IPE Webinar – Choosing Factors: Not Which But When by Northern Trust Corporation
Michael Hunstad, PhD Head of Quantitative Research, Global Equity
- Michael leads Quantitative research within the Global Equity Team.
- Michael has been with Northern Trust since 2012 and has 15 years industry experience.
- He holds a PhD in applied mathematics as well as an MBA in quantitative finance and an MA in econometrics.
Meggan Friedman, Senior Investment Strategist, Global Equity
- Meggan helps to create current thought leadership for global investors and to deliver comprehensive investment solutions across the equity spectrum.
- Meggan has been with Northern Trust since 2011 and has 19 years of industry experience.
- Meggan has a bachelor degree from Northwestern University and an M.B.A from Harvard Business School.
- Meggan was named “Best on the Street” by Wall Street Journal in 2010 and 2011.
Factors – the Free Lunch?
Style factors have generated greater absolute and risk-adjusted returns relative to standard indices over the long-term.
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Sustained underperformance is a primary risk in factor investing
Each month from January 1979 to June 2014 all stocks in the Russell 3000 universe were ranked on the MSCI Barra definition of Value and put into equally weighted quintiles. The subsequent return for each quintile is computed with the resultant value factor return defined as the first quintile (highest value) return minus the benchmark return.
The value cycle lasts for approximately 47 months
The length of underperformance is not consistent across factors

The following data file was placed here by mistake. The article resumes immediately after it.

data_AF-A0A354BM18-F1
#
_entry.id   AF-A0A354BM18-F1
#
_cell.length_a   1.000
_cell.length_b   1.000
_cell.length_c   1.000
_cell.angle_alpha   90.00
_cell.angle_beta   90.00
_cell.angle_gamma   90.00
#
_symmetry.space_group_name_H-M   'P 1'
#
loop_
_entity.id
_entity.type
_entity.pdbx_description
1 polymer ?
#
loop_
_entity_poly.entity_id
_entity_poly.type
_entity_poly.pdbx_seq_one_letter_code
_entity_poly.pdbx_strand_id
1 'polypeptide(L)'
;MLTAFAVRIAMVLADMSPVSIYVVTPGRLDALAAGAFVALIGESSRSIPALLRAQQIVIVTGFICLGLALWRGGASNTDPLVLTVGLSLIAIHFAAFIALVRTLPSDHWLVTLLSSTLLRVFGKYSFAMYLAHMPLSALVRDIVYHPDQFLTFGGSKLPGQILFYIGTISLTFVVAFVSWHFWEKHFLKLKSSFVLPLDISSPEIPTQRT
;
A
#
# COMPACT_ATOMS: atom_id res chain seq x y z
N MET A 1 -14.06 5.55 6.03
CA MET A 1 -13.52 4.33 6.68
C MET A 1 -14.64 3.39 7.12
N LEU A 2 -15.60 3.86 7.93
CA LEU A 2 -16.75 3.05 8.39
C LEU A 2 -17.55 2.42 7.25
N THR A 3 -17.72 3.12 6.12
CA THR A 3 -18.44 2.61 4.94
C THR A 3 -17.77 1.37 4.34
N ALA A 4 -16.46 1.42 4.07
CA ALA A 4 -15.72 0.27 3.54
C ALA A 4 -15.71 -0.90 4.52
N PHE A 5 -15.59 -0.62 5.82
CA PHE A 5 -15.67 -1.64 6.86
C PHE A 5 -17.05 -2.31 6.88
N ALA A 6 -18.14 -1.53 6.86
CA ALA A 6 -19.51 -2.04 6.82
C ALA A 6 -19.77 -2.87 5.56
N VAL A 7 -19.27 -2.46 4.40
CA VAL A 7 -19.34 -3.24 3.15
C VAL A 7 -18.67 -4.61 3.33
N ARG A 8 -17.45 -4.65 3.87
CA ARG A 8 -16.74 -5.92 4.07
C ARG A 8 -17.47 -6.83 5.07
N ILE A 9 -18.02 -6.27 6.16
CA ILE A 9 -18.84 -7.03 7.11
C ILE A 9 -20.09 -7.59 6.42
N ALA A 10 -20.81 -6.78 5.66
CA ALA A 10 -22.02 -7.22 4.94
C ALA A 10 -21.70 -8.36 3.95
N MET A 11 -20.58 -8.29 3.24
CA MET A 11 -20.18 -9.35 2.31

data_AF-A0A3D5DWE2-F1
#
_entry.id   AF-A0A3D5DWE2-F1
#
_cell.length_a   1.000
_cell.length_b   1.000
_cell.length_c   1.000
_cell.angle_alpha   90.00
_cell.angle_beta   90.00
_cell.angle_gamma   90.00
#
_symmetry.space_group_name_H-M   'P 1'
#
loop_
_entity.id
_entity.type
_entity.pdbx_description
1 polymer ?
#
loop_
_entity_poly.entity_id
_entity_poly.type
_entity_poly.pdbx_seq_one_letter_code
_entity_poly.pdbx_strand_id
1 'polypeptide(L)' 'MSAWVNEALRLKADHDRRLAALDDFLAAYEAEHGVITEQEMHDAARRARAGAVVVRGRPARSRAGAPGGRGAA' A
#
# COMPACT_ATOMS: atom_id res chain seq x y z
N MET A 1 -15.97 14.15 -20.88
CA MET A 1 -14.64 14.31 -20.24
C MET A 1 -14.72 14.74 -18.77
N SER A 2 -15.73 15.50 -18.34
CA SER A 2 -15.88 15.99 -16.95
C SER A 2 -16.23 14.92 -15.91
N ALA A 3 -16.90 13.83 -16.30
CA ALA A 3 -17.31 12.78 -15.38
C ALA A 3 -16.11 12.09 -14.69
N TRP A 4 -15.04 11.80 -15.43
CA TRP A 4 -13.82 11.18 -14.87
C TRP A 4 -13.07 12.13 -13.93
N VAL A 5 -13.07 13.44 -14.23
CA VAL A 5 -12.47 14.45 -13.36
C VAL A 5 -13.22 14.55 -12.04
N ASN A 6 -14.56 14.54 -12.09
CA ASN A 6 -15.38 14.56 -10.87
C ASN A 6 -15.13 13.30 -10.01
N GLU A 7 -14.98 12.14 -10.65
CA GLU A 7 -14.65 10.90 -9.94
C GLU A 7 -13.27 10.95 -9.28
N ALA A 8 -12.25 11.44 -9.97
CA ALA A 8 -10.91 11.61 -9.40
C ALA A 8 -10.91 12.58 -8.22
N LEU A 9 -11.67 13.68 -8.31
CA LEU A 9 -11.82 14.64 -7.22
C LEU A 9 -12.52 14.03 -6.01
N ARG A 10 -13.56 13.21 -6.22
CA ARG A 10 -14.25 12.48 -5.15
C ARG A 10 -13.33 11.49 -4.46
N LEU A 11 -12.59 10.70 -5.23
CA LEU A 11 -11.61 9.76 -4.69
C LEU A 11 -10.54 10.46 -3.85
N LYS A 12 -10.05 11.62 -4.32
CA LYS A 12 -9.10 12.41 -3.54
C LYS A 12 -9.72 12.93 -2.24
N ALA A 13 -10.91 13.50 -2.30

Return series for each factor are computed in a manner similar to the previous slide (value factor). Each month from January 1979 to June 2014 all stocks in the Russell 3000 universe were ranked on the MSCI Barra factor definition and put into equally weighted quintiles. The subsequent return for each quintile is computed with the resultant factor return defined as the first quintile (highest value) return minus the benchmark return. Spectral analyses, i.e., cycle lengths, were computed using a Fast Fourier Transform.
The impact of factor cycles can also be analyzed in an asset allocation context
Not ‘Which?’ but ‘When?’
The optimal equity factor depends on the intended holding/evaluation period
RULE OF THUMB: The intended holding/evaluation period should be twice the cycle length.*
This rule implies the standard deviation of individual factor cycles are roughly one half the cycle length which is broadly supported by the empirical data. This suggests the rule of thumb will be roughly 95% accurate
See full PDF below.